Australia Markets closed

Razer built a compact modular gaming PC around Intel's new NUC

Chris Velazco
Senior Editor, Mobile

A bit earlier this week, Intel gave us an early look at its NUC 9 Extreme, the latest in a long and fascinating line of super-compact PCs. It's bigger than the NUCs (or Next Units of Computing) we've seen in the past, but that extra size means this is the first NUC to play nice with unlocked Core i9 CPUs and full-sized graphics cards. As it happens, that sort of performance and flexibility was enough to catch Razer's eye, leading it to build a tiny, modular gaming PC built around Intel's latest high-powered Compute Element. Say hello to the Tomahawk.

Razer says it's a been too early to talk about price tags, but you can configure a Tomahawk with up to a 750W power supply, a Core i9 processor, 64GB of DDR4 RAM and an NVIDIA GeForce RTX 2080 Super GPU. That'll get you some pretty solid in-game frame rates, especially for a machine that's a fraction of the size of more traditional gaming desktops.

And here's the really interesting bit: Beyond capitalizing on the obvious appeal of a compact gaming PC, Razer is also positioning the Tomahawk as a first machine for folks who want to get started building PCs. Wrapping your head around PC Part Picker lists and collecting components and cable management can be pretty daunting for new builders, but that's all pretty much irrelevant here.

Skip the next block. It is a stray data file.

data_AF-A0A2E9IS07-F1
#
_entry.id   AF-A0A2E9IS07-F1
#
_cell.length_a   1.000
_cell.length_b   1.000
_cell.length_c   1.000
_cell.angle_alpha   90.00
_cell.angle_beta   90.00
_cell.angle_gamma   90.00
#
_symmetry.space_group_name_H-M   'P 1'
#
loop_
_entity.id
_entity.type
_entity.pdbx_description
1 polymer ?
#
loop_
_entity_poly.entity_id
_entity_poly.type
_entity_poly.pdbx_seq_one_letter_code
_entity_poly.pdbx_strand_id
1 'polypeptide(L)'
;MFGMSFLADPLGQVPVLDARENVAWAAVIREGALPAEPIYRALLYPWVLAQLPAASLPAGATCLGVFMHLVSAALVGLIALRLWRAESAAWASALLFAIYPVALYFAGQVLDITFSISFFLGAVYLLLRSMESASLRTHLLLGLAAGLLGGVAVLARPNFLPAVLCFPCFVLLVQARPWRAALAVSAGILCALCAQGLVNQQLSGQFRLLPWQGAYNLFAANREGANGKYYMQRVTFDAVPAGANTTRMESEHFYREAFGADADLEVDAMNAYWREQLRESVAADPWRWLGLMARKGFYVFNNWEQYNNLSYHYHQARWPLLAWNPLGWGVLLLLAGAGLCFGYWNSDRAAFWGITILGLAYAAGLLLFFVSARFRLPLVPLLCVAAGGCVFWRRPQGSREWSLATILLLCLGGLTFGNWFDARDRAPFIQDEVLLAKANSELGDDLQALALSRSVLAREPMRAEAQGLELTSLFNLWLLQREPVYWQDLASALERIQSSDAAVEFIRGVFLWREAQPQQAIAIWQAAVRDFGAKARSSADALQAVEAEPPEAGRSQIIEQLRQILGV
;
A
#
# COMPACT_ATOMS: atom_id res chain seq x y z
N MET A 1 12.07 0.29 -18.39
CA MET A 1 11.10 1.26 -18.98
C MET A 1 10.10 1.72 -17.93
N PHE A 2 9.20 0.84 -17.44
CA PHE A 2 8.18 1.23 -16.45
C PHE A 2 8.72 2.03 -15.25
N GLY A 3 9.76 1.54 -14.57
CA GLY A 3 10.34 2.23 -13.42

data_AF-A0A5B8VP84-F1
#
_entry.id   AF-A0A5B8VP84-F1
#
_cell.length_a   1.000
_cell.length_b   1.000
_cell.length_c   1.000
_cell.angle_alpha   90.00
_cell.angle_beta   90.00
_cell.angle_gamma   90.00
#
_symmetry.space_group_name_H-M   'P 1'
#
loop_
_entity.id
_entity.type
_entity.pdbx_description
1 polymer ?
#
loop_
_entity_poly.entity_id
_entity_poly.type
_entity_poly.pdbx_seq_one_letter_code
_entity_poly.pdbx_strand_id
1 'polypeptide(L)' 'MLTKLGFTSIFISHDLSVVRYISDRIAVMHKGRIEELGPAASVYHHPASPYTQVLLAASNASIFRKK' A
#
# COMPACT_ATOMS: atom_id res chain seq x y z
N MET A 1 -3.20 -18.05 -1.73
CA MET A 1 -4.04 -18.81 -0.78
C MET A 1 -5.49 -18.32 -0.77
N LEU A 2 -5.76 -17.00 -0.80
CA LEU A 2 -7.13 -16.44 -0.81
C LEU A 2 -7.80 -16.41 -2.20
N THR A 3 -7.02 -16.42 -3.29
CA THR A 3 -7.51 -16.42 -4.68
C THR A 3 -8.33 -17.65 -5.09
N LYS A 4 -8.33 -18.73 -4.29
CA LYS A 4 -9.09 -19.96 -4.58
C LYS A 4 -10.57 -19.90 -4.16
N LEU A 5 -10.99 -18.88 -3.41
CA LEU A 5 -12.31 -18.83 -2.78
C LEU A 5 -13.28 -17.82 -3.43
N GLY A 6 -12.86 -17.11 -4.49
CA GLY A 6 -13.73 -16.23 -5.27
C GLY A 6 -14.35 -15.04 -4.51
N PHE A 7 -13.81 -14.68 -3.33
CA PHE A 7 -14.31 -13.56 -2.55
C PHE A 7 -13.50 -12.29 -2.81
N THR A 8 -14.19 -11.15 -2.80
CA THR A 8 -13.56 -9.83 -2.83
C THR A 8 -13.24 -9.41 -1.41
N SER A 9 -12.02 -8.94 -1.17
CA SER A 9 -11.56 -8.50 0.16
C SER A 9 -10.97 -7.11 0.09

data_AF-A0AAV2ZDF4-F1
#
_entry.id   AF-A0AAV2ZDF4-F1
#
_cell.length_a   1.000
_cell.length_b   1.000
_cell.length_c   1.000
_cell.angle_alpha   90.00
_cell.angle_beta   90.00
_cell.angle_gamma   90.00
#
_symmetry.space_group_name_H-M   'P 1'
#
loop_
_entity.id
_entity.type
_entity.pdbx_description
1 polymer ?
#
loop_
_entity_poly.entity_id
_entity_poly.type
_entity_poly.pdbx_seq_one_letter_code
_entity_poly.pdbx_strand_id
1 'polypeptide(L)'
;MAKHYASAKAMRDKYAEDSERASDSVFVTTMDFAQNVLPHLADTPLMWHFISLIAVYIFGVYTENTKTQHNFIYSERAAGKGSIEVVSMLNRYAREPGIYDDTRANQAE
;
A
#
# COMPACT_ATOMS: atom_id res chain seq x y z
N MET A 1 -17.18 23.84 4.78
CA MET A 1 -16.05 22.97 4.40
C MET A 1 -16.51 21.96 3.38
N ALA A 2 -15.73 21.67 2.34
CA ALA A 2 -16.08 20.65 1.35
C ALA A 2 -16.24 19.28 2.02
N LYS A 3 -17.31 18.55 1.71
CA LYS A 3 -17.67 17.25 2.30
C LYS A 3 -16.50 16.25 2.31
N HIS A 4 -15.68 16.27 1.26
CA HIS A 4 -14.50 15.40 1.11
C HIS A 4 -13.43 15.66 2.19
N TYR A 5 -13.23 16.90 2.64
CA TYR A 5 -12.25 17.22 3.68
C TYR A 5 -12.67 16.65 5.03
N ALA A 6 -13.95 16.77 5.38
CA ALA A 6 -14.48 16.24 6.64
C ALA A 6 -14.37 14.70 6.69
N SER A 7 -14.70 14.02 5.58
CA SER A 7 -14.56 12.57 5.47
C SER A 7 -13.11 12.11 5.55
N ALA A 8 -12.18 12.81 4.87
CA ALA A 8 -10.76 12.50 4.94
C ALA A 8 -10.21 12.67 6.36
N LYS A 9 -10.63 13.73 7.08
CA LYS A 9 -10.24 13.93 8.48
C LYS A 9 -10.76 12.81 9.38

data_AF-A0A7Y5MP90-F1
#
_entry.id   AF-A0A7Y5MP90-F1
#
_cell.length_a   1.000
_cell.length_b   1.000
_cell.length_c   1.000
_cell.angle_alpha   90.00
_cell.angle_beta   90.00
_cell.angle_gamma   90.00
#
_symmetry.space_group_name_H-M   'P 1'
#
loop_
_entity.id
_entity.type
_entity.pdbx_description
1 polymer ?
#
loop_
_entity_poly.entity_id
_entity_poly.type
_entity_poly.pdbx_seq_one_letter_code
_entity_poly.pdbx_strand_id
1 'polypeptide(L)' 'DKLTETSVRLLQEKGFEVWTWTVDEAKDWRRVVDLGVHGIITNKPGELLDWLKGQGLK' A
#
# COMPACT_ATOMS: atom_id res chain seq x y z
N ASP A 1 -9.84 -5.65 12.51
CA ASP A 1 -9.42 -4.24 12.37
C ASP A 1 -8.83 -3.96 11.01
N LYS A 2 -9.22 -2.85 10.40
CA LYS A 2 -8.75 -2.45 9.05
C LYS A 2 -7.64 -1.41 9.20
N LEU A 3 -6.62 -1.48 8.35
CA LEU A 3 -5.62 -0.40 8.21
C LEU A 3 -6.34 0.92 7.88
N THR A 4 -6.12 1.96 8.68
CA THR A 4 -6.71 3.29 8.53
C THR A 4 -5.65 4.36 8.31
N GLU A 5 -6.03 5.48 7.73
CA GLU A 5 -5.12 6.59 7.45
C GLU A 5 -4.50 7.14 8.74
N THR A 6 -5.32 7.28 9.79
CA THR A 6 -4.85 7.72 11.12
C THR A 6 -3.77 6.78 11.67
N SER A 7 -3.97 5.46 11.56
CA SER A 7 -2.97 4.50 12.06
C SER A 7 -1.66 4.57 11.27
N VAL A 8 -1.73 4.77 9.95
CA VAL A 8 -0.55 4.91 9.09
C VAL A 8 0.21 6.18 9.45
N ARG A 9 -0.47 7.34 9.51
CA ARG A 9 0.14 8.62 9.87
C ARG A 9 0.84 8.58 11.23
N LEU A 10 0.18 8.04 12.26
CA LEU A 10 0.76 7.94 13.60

Razer

The Compute Element itself is basically a PCI-Express cartridge that contains the CPU, RAM and storage; it's dead simple to plug into the chassis or swap out for a more powerful Element down the road. (You can also jump right in and add your own RAM or storage, rather than keep what Razer gives you.) It doesn't hurt that the Tomahawk case has a sort of G4 Cube thing going on -- all you have to do is unlock an internal sled from the rest of the case and slide everything right out. In a quick demo, a spokesperson was able to snap on a GPU and slide the whole package into the Tomahawk case in under a minute.

Sure, you won't learn much about building an actual PC from a Tomahawk, but there's something to be said for easing people into the process. And hey: Maybe the Tomahawk will wind up offering just the right amount of gaming power for some people. We'll have to wait to find out for sure, though -- the Tomahawk is slated to go on sale sometime in Q1 2020.